Alexandre Dumas: Creator of Adventure September 30 2014, 0 Comments
by Bethany Wagner
In 1808, in northern France, a young boy listens to his widowed mother weave incredible tales of his father’s bravery and heroic efforts during the French Revolutionary War. Sabers flash and cannons fire before his eyes as he imagines his father charging forward on his horse to save the day. This boy—Alexandre Dumas—never forgot those legendary stories. He grew up to be one of the most widely read French authors and creator of captivating high adventure tales such as The Count of Monte Cristo and The Three Musketeers.
As a child, Dumas showed signs of a sharp mind, but growing up in poverty, he was denied an elite education. Undaunted, Dumas read voraciously and taught himself Spanish, eventually acquiring an office job in Paris.
And it was in Paris that Dumas began writing magazine articles and plays. His first few plays were wildly successful, allowing him to work full-time as a playwright, and eventually as a novelist. He soon established a production studio with writers who turned out hundreds of stories all subject to his direction and revisions.
His works continued to capture the evil and good of humanity, and the constant struggle between the two, in settings of suspense and adventure. In The Count of Monte Cristo, the happily engaged sailor Edmond Dantes is framed for crimes and sent to the feared prison Chateau d’If. On a journey of daring feats, suspense, mystery, and disguise, Dantes must make the choice between holding onto revenge or pursuing a new life.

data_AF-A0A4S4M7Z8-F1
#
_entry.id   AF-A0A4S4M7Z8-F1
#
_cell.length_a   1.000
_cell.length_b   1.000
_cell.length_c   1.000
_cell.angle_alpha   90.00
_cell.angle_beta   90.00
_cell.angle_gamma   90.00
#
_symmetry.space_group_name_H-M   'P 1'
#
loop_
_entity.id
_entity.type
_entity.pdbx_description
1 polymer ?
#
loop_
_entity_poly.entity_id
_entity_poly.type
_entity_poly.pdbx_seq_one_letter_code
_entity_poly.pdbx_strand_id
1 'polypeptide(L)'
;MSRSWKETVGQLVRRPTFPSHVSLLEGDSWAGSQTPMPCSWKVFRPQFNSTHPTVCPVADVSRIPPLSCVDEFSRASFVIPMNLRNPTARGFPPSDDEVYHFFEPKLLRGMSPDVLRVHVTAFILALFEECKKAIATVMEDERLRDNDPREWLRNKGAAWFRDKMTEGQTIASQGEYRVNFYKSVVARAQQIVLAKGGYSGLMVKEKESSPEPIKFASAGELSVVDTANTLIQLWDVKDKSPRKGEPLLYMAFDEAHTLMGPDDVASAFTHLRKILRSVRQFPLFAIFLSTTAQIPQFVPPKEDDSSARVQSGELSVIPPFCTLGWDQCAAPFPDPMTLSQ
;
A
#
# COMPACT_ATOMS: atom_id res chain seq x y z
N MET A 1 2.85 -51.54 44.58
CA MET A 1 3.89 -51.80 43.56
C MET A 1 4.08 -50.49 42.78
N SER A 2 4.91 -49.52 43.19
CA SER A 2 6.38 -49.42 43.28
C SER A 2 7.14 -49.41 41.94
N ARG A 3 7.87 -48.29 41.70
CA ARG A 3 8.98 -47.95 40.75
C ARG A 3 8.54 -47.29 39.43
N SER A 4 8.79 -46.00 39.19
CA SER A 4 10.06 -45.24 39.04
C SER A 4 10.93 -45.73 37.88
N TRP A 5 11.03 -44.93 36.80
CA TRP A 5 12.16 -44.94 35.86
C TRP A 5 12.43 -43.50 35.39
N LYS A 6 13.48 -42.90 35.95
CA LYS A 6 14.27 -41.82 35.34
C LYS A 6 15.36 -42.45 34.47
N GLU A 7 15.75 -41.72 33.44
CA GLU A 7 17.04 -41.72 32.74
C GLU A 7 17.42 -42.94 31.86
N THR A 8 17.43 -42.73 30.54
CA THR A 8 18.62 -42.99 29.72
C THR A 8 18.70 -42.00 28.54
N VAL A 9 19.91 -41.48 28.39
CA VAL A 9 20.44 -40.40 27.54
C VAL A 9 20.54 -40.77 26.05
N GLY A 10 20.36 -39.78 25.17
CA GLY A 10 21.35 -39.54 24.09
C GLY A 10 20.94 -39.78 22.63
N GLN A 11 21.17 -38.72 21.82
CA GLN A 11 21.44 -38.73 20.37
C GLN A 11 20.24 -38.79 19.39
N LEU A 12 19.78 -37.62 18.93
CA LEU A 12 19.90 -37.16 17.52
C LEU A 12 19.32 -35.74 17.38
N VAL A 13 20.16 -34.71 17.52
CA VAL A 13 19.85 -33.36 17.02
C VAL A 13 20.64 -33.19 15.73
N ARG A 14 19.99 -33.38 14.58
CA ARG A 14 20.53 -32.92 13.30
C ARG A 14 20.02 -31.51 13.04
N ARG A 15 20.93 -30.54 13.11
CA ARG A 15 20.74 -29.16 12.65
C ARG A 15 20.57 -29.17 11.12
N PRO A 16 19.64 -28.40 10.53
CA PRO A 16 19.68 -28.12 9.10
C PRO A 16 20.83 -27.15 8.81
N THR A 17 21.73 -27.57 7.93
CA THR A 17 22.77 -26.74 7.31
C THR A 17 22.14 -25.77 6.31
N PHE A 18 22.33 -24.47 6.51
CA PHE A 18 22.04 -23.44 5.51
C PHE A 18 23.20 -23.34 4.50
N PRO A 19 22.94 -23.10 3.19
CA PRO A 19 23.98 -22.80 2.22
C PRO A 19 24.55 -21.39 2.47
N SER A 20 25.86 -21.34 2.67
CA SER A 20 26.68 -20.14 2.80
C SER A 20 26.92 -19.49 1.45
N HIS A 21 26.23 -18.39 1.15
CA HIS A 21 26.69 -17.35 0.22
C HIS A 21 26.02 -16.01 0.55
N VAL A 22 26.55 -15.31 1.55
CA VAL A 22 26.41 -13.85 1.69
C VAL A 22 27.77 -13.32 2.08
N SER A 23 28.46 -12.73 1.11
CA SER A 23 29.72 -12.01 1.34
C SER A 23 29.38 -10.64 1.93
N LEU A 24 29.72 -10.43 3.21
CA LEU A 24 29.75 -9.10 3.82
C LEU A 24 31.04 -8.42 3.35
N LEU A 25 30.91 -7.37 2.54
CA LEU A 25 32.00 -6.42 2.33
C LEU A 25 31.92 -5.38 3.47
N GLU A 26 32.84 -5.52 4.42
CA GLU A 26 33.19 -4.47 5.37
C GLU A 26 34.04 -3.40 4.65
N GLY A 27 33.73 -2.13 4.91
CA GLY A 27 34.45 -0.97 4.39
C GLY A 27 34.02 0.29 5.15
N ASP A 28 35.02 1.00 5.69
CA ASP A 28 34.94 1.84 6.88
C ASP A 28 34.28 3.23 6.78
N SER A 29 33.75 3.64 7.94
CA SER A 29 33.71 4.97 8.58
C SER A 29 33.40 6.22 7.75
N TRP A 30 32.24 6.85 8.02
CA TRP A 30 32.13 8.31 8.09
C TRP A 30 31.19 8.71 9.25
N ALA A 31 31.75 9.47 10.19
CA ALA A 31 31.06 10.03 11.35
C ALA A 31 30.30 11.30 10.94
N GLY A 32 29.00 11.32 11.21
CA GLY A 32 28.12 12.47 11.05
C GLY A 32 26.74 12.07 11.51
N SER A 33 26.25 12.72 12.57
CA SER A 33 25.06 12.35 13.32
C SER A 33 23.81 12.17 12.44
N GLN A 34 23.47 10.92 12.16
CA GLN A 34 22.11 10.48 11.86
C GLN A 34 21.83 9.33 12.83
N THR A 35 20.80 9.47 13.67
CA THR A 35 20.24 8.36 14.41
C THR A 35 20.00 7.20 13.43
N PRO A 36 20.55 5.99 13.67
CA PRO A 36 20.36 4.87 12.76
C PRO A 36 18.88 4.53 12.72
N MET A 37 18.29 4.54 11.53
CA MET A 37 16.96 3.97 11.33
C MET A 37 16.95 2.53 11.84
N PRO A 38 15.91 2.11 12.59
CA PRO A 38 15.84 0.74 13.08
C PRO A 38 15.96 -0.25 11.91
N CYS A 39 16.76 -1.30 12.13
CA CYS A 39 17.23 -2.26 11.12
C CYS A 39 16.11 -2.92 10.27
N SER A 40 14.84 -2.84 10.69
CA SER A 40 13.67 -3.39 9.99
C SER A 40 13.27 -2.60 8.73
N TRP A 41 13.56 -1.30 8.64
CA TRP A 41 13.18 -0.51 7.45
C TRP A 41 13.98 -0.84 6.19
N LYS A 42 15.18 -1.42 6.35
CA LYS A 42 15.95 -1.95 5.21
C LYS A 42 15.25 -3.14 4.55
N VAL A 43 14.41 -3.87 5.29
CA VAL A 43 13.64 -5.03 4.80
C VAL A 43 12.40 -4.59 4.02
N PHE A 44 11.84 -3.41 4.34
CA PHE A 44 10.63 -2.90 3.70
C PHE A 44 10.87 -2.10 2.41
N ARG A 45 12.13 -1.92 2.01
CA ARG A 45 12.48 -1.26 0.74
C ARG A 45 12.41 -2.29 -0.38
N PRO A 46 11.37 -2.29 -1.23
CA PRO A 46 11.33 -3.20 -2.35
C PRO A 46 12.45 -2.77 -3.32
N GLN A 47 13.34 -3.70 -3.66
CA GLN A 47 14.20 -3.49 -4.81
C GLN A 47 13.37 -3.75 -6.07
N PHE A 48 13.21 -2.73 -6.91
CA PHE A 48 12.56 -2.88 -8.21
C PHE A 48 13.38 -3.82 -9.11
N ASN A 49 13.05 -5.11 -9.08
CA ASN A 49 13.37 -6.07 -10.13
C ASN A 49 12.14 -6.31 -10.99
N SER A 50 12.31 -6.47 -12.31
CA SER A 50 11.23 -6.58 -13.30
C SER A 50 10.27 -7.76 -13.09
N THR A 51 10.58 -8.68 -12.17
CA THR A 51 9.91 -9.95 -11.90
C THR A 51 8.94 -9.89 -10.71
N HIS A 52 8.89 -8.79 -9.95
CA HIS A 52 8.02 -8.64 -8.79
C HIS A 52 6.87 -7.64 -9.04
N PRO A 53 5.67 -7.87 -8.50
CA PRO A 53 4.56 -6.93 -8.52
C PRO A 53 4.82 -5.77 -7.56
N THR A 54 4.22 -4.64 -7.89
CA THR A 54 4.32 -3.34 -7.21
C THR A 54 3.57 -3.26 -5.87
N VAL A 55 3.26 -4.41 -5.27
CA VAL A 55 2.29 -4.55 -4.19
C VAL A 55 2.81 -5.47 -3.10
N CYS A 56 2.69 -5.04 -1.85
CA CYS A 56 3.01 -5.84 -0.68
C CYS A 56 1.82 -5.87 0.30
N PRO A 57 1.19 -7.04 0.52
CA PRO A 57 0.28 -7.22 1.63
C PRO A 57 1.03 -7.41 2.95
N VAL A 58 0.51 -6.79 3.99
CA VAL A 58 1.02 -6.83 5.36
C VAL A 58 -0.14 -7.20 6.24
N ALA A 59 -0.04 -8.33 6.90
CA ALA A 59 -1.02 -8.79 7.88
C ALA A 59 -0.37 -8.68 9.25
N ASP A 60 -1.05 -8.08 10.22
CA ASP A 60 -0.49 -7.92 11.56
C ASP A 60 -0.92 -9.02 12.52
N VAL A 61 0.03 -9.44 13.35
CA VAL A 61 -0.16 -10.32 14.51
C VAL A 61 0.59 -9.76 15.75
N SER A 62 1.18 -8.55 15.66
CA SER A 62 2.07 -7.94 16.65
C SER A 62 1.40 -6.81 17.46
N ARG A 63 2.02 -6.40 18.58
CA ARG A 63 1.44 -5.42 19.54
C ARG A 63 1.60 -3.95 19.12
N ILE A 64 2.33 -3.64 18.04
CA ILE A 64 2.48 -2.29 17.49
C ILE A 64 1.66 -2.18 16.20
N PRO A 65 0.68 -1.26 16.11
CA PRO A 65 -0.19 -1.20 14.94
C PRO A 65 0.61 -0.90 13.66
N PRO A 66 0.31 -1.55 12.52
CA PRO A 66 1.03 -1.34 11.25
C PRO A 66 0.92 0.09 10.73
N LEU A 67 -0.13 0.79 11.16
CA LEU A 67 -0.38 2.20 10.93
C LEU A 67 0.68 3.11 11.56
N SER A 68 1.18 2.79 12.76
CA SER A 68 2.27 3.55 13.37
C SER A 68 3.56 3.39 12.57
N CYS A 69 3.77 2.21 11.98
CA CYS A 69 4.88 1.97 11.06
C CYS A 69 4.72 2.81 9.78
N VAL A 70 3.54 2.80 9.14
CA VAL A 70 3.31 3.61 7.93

Like the mysterious count in The Count of Monte Cristo, Dumas led a lifestyle of extravagance at his large country estate Chateau de Monte-Cristo, also continuing a longtime hobby: fencing. He had a great respect for his fencing master Augustine Grisier, whose instruction greatly influenced his writing, most notably in The Three Musketeers saga. These works, which begin with The Three Musketeers and culminate with The Man in the Iron Mask, tell the now-famous tale of the Musketeers of the Guard and d’Artagnan, a young man who seeks to join them.
Over the course of his lifetime, Dumas published a total of 100,000 pages. His works became so popular that they were soon translated into other languages and spread across the continent. Today, his works have been translated into nearly 100 languages and made into almost 200 films. In 2005, his unfinished last novel The Knight of Sainte-Hermine was published and became a bestseller.
More than a century after his death, the tales and words of Alexandre Dumas still capture the imaginations of young and old.